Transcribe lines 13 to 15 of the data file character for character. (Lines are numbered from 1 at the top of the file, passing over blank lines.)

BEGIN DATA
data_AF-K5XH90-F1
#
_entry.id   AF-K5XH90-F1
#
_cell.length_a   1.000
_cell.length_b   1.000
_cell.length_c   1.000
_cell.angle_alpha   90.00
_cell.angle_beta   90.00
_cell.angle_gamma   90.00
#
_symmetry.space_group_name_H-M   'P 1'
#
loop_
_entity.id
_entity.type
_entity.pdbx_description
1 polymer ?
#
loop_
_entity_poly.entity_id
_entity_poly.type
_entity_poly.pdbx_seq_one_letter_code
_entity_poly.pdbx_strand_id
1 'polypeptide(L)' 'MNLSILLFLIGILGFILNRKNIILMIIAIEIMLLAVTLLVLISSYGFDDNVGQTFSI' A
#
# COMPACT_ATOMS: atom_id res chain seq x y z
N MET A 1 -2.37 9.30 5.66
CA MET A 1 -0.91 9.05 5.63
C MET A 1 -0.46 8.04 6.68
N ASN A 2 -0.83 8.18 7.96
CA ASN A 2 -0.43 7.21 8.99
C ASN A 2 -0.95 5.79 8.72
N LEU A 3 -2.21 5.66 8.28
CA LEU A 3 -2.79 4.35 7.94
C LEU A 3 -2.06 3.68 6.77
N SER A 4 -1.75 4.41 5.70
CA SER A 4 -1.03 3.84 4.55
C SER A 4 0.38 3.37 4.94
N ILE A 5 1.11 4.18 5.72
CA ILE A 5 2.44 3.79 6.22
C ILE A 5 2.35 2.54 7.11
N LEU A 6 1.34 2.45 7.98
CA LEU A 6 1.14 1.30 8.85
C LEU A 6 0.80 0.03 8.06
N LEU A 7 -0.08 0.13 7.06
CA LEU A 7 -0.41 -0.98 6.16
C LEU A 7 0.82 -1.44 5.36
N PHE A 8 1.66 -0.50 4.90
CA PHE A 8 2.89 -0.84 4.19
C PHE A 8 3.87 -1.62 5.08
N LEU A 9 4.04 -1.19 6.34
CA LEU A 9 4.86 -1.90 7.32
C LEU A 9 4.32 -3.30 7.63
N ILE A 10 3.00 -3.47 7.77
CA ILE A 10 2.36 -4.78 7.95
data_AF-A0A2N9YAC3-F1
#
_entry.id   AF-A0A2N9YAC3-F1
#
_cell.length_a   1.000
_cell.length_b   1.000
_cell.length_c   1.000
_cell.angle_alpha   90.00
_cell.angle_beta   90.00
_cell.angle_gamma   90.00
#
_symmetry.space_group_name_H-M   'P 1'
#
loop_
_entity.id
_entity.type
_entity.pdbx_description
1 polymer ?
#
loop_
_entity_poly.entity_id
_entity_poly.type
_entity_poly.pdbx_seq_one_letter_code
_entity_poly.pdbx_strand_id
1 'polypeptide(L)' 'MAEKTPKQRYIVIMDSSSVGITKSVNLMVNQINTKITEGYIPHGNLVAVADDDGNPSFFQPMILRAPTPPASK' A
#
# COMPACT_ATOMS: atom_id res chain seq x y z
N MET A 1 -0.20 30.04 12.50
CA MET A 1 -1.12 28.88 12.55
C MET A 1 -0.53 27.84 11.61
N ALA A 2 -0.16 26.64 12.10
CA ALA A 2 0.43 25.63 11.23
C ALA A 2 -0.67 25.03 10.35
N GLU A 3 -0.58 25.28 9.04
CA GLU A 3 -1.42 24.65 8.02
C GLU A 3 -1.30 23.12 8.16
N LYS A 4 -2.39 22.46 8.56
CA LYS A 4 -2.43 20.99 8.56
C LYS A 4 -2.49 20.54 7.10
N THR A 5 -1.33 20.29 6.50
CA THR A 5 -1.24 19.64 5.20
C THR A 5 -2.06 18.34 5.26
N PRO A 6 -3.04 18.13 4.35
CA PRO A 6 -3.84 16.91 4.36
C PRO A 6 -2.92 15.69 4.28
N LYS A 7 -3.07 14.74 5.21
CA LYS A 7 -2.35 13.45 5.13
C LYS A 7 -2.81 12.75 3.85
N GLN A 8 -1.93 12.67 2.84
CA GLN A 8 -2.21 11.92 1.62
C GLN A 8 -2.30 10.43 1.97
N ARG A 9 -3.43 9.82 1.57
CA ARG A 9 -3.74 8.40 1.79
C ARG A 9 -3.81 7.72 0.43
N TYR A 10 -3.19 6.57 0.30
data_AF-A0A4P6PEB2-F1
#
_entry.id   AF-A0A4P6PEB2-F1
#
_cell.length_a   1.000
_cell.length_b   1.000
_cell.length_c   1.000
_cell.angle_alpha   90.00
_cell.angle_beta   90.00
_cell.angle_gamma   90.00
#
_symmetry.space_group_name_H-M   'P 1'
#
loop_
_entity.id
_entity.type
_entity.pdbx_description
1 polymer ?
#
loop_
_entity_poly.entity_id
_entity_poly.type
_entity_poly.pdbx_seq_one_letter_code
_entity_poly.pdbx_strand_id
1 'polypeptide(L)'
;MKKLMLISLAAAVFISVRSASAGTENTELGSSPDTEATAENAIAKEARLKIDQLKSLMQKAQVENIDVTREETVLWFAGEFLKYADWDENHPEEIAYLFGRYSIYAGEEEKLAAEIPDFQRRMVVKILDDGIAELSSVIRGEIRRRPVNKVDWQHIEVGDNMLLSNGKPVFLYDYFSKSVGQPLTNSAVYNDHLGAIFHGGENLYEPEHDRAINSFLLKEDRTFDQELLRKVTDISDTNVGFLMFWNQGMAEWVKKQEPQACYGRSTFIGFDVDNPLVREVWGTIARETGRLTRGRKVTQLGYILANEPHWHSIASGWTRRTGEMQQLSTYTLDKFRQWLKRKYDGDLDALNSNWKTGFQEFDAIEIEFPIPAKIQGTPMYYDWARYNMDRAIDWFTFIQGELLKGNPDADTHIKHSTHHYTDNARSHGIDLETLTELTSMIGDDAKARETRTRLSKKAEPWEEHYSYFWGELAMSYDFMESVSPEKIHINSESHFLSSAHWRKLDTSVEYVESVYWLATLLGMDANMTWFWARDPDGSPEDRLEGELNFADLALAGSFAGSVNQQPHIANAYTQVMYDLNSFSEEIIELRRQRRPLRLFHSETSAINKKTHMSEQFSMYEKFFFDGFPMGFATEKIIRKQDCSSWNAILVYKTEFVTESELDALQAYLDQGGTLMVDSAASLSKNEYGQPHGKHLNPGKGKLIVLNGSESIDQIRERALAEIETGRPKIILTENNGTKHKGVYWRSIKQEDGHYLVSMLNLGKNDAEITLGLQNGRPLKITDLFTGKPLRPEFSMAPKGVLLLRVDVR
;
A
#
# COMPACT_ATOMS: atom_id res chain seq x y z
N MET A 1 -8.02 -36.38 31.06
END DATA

#
loop_
_entity.id